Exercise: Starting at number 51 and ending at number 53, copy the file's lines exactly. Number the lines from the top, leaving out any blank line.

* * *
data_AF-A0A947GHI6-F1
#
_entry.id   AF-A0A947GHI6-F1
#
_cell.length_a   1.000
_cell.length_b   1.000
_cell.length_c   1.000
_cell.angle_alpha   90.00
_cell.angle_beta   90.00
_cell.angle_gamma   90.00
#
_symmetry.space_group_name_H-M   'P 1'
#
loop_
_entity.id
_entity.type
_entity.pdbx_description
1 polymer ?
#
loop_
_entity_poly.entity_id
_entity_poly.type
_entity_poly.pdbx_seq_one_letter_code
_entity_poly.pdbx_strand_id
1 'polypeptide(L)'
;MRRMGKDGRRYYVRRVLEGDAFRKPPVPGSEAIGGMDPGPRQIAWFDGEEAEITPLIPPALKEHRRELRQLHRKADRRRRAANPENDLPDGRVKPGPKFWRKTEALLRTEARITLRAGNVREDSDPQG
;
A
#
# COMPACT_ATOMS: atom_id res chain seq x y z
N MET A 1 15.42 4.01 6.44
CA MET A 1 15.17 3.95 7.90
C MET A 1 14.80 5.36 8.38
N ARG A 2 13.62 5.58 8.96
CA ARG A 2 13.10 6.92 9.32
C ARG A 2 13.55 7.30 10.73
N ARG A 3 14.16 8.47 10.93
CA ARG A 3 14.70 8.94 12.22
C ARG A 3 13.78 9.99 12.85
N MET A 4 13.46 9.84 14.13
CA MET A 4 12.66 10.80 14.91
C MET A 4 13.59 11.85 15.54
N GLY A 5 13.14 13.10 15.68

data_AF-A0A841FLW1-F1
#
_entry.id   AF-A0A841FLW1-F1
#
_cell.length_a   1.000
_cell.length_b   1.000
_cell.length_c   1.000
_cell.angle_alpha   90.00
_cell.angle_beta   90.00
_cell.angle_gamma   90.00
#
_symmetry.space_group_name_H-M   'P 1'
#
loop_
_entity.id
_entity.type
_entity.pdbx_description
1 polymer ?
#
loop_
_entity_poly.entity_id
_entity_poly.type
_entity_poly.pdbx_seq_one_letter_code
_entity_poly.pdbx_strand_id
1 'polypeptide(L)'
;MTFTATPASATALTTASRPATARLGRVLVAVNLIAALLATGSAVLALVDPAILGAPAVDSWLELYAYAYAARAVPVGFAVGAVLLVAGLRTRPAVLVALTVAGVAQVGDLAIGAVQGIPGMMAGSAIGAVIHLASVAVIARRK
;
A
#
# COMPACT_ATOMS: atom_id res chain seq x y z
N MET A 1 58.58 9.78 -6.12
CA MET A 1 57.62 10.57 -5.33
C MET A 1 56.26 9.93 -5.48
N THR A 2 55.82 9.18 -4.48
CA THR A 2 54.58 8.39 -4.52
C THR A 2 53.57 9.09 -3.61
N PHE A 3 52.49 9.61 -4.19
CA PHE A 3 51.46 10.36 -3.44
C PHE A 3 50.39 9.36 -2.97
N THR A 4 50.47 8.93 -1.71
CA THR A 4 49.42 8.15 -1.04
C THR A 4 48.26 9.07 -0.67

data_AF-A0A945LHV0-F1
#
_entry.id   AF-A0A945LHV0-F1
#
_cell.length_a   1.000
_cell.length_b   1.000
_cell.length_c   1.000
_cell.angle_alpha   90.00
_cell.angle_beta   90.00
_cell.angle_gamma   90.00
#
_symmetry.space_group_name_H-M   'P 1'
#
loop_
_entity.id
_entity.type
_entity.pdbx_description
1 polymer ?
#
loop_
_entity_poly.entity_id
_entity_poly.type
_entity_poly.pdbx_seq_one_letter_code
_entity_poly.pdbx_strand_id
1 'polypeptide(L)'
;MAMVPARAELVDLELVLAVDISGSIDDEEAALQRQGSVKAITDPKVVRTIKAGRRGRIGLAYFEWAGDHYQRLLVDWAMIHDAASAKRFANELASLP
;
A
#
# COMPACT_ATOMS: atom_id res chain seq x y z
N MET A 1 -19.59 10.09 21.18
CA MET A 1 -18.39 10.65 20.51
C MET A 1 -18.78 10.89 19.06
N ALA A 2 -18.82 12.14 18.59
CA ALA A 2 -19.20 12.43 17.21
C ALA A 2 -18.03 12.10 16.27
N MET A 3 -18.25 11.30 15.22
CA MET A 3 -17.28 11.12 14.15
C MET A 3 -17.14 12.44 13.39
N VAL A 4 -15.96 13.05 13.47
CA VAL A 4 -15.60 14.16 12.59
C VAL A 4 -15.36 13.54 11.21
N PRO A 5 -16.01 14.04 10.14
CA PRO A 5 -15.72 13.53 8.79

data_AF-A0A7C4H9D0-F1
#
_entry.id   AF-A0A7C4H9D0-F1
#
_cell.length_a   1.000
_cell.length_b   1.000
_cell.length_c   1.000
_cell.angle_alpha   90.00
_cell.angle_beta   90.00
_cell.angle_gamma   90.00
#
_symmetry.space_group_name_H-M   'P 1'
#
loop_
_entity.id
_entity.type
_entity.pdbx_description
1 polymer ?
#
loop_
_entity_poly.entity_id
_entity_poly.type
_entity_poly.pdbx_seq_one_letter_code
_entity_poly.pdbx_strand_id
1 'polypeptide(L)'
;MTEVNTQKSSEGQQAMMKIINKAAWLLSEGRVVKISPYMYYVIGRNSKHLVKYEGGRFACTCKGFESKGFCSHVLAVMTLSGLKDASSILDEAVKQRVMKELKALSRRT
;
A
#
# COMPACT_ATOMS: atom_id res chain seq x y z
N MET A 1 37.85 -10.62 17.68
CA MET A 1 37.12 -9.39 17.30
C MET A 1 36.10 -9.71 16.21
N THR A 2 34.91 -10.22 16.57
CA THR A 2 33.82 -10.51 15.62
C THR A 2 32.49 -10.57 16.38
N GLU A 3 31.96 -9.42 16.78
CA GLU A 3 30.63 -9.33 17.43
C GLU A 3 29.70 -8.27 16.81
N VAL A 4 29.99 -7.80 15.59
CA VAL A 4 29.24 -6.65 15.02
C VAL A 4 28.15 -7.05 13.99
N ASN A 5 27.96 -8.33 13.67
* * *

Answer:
_cell.angle_alpha   90.00
_cell.angle_beta   90.00
_cell.angle_gamma   90.00